Since I haven’t been busy with things like errands or playdates, I haven’t been entirely sure why I’ve been so overwhelmed. We already homeschool, sit down together for three meals a day, and consciously keep our schedules free from too much ‘programmed’ activity. And yet, something felt distinctly ‘off’. Yes, we were without the support of our normal community and were thrown off our typical rhythms, but we were experiencing far less disruption than many of our friends and family members. So what was triggering my heightened state of overwhelm? After taking some time to reflect, here’s what I’ve concluded:

I have let technology override my natural rhythms.

Instead of listening to my body cue me as to when I’m tired, when to be quiet, when and what to eat, how to relax, who to connect with, what task to work on, etc., I’ve allowed technology to drown out my internal nudges. 

Since being in isolation, my online presence has increased tremendously. During the first couple of weeks, my inboxes exploded with texts and emails, and online shopping carts bulged. I had to limit time spent on Google or news sites because my brain felt like mush and my nerves were frayed. But then I moved on to courses and conferences, Zoom hangouts and sermon streaming. All good things to help my mind stay engaged and stimulated. And yet it felt like too much because I wasn’t maintaining a healthy dose. On top of this, I still had to work, which required me to be in front of a computer and on social media a fair amount.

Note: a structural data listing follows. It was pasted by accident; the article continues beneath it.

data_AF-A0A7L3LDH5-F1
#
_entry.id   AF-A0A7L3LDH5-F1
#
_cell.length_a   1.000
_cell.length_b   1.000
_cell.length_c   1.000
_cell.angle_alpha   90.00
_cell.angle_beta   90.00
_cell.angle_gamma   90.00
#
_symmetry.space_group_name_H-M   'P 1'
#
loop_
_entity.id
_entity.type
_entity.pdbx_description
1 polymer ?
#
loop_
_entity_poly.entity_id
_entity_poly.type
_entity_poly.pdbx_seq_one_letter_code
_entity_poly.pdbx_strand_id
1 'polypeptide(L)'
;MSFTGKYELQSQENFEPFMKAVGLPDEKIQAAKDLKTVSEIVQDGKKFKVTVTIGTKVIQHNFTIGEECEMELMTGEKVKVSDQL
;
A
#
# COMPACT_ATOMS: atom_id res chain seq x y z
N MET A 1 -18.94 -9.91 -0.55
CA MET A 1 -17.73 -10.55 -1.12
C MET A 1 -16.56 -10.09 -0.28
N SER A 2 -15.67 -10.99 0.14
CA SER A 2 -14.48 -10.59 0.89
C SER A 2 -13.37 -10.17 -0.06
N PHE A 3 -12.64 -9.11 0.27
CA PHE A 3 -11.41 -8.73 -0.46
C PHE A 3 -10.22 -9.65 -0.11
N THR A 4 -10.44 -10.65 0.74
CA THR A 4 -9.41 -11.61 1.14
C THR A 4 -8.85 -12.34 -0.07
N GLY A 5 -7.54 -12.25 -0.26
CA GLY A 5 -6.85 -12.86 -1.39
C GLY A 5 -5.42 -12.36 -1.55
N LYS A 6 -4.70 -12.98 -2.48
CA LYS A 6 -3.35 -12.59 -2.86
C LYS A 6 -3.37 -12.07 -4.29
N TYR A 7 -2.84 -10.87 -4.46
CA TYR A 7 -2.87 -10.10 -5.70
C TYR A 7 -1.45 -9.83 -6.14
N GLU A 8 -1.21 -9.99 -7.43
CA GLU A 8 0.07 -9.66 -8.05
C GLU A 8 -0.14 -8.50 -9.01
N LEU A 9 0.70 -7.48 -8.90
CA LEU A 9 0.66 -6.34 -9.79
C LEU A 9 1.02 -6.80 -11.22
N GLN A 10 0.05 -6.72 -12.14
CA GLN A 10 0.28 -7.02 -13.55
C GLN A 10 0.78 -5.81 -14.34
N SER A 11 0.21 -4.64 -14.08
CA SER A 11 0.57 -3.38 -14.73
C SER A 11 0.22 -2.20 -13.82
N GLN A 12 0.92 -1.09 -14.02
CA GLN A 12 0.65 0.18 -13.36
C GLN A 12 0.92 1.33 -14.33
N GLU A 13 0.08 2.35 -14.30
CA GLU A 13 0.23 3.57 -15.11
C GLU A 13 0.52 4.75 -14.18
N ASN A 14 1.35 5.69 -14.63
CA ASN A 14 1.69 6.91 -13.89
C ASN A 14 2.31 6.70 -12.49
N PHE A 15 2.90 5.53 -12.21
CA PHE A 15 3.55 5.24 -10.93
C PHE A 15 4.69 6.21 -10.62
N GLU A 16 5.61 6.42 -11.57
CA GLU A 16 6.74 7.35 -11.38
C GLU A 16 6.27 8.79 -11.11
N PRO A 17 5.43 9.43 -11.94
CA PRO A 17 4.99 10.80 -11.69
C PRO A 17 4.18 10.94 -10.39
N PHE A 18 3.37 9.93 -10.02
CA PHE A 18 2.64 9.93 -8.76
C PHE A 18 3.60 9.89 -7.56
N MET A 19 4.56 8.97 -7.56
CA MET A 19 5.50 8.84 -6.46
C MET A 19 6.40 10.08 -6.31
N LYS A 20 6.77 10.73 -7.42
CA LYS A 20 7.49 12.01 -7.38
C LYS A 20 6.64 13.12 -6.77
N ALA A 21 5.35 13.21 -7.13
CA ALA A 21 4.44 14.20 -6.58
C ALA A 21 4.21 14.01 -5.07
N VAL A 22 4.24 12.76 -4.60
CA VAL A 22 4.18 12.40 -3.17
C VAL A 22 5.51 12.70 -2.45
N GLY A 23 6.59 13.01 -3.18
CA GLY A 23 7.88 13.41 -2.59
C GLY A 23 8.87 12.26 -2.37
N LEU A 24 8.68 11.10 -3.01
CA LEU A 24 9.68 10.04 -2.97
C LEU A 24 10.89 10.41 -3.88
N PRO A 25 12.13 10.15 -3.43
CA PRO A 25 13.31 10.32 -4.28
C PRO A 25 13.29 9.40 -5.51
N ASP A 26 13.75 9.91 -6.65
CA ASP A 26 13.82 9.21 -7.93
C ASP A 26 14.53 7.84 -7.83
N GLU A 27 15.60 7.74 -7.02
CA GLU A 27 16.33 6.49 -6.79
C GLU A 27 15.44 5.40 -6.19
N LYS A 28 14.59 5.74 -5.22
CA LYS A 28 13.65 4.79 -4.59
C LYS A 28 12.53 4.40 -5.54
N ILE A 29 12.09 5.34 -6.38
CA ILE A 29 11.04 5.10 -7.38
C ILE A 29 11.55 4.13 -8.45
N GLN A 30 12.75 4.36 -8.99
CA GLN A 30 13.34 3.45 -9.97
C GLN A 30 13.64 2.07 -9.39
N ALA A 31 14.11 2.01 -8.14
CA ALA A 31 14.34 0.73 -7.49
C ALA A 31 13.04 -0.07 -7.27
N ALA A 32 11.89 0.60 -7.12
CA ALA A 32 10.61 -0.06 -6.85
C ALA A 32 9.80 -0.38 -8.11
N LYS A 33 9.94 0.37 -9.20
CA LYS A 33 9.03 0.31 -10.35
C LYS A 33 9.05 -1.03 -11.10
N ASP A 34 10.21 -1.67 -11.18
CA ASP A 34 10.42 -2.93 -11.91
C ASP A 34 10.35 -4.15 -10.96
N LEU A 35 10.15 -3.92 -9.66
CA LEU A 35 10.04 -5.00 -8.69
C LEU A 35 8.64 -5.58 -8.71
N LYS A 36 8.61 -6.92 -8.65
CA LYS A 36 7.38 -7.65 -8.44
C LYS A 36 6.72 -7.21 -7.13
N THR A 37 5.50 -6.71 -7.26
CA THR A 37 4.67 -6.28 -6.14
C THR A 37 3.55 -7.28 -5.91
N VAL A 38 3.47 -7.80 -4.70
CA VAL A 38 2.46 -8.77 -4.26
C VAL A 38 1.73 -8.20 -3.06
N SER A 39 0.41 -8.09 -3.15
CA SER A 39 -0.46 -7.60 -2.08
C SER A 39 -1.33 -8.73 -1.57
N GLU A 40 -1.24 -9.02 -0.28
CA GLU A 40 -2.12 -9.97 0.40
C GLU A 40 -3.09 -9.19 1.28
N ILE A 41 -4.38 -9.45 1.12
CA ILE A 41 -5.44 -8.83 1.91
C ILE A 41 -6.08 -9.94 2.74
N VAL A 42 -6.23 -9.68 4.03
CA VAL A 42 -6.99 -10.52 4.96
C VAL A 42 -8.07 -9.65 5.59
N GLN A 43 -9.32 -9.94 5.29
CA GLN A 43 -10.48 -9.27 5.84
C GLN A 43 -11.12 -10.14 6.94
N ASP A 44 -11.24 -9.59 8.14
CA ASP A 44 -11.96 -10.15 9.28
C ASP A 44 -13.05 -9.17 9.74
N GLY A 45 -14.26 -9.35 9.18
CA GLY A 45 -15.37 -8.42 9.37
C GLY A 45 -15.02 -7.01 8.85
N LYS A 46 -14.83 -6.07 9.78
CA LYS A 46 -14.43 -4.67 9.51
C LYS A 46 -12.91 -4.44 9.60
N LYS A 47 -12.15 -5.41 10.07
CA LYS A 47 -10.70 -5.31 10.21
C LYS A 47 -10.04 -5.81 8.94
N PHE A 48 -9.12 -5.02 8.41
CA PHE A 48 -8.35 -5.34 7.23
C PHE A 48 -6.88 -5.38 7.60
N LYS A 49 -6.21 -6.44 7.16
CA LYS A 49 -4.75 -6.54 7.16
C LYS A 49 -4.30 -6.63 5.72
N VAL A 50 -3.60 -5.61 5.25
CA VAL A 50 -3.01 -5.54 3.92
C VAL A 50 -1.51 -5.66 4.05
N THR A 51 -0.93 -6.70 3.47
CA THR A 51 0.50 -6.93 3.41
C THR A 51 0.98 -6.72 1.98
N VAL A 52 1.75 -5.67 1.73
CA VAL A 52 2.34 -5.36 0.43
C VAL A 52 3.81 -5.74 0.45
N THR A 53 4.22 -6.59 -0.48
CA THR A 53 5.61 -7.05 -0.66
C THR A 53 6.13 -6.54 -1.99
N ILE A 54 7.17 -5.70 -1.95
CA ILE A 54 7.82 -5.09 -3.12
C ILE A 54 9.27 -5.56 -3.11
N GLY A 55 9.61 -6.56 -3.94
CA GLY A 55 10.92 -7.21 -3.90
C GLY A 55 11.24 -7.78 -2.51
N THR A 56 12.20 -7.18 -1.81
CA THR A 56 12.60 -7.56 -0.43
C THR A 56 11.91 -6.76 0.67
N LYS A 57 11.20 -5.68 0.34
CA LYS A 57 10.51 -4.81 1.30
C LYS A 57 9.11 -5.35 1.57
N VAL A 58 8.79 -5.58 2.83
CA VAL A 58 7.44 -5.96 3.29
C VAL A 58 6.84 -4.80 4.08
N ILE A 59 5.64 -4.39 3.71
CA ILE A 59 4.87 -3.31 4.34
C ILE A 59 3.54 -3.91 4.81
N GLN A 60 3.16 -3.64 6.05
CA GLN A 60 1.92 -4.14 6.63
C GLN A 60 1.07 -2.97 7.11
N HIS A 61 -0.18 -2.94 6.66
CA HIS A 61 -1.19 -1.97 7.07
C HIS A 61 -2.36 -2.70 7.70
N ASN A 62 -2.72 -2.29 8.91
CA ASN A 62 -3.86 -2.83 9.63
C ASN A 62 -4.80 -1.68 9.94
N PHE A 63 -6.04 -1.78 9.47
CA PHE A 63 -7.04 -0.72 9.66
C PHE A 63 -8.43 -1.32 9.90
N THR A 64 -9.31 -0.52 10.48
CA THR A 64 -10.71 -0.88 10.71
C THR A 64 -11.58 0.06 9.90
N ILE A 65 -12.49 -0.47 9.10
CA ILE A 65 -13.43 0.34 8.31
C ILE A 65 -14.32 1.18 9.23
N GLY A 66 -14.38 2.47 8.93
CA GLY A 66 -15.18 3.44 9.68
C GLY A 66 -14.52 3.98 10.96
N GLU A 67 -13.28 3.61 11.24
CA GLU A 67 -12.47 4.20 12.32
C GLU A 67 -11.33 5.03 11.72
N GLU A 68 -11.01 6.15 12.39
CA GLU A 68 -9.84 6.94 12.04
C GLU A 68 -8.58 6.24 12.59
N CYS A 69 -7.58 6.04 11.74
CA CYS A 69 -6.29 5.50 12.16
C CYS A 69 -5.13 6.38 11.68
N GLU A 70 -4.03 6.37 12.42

In response to the technology consumption that has made me feel so distracted I couldn’t tune into my own needs as well as I would have liked, I suggested we return to something we tried two summers ago. Saturday technology sabbaths.

See, in spite of my Christian faith and practice, Sundays have never felt like a Sabbath, or day of rest for me. As an introvert, albeit a social one, I find myself happy yet exhausted at the end of a day often spent with a lot of people. I also typically use Sunday afternoons and evenings to plan and prepare for the week ahead, which while helpful, isn’t exactly restful. So we made Saturdays our Sabbath and included a break from technology into the mix. We kept our phones out of sight for the most part, went to bed when it got dark, and in general, used as little technology as possible. We weren’t legalistic about it, just trying to give ourselves and our kids a break from digital distraction and our bodies a chance to reset based on nature’s rhythms. I was in my third trimester of pregnancy with my youngest, yet felt the most well-rested of my entire pregnancy.

And so, we recently returned to Saturday sabbaths that include a break from technology. Our first one was incredibly restorative and not near as difficult as I anticipated. I’ll share more about what those Saturday technology sabbaths look like in the future, as we plan to keep them going even once the quarantine is over.